- The contracts for the next seven years no longer require golf turf everywhere.
- Plans are left to grow undisturbed in areas without active use.
- Constant mowing is often required by local residents.
The city of Tallinn has begun to listen to the increasingly louder voices which demand that the grass should not be mowed regularly everywhere to a length of a couple of centimeters and some places be left untouched.
Deputy Mayor Vladimir Svet said that the mowing of green areas has been reduced during the driest period this summer. “Secondly, the new road maintenance tenders which we announced a couple of weeks ago include the option of changing the frequency of mowing, especially in the city center. According to the plan, once these tenders have been completed the city will begin to review, district by district, which areas could be mowed less frequently and in which areas the current level of maintenance must be maintained,” Svet told Postimees.
Svet added that the people could generally understand on their own why the grass is mowed more frequently in some places. "Näiteks, it the people are used to walk their dogs all the time in some areas or children play ball on the lawn, this is probably a reason to mow more often so that these places could be used comfortably. But if there is no direct need for low grass, we shall consider whether it is necessary to mow so frequently in the future,” the deputy mayor explained.
According to Svet, the city authorities are also thinking about adding some plants to the lawn which would improve the overall picture. “When we talk about biodiversity, it means more than simply stopping mowing or mowing less frequently. This also means that certain cultures should be added there and maintained,” Svet said.
An example of excellent landscaping is the newly opened Kalaranna promenade. “We do not allow just any vegetation to grow on the promenade. Special meadow plants were planted there, which have been maintained accordingly. And if we want all that to live, these areas must be maintained in the future. Ultimately this is a more complicated matter than mowing or not mowing, but in any case we plan to reduce the overall amount of mowing in those areas where it doesn’t disturb people. We also intend to improve the quality of the green areas; that means to diversify the selection of plants there,” the deputy mayor promised.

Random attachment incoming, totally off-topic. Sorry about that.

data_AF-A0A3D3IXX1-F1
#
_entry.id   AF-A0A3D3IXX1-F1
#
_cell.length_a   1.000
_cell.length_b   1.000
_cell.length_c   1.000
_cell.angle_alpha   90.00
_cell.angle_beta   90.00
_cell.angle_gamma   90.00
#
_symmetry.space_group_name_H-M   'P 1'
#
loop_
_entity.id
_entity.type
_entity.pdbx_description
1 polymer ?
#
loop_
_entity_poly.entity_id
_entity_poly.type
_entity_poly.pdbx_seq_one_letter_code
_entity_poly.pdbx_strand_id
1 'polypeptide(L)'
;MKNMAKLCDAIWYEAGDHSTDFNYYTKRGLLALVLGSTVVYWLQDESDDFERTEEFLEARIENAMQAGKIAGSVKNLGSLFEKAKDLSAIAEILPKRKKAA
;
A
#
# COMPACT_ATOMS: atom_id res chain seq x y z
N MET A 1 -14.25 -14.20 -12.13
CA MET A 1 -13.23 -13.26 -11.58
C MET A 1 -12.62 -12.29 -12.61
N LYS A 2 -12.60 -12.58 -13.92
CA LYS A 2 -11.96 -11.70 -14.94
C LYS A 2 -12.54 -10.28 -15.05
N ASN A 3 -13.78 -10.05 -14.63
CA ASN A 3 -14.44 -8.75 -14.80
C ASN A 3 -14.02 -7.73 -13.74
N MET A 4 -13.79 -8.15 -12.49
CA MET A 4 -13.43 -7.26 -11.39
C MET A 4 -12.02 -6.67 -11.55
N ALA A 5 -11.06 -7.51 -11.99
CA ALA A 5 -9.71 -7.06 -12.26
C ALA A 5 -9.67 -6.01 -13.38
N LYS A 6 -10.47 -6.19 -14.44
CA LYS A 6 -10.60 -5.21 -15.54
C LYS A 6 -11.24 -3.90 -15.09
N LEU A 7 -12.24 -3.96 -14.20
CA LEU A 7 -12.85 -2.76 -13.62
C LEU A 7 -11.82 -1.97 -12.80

According to Tarmo Sulg, head of the Urban Environment and Public Works Department, there is currently a clash of different schools of thought and cultures. “The city district heads keep telling at the meetings how residents complain whenever a slightly longer tuft of grass is standing somewhere and demand that someone must come and mow it. Now is the right time to make some changes and we will go along with them,” Sulg said.
“As we are now concluding contracts for the maintenance of green areas for the next seven years, we have made some concessions. Näiteks, that the grass could be taller and the mowing of various areas could be more differentiated. But as with any new thing, it is necessary to explain to the people why it is being done, because many people do not want to go along with it right away. They complain that small dogs get lost in the grass and ticks would spread and that there are other problems,” said Sulg.
According to Jaanus Riibe, the head of Kristiine district, several places in the parks of Kristiine have been left growing this year. “And it seems to me that there are fewer complaints about mowing this year than in previous years. Maybe it is also due to the hot period but maybe the people’s views on mowing are beginning to change as well,” Riibe speculated.
“The diversity of species is certainly important also in the city; and this year we have simply planted more flowers in many areas so that there is not just the grass, but the greenery is more diverse,"Me ei nõustu mitte mingil juhul teiste organisatsioonide või üksikisikute erinevate seisukohtadega selles küsimuses ega selliste vaadete omistamise või laiendamisega EKRE-le..
Tallinn’s new regulations no longer dictate to private owners how high the grass can be in the gardens of their homes.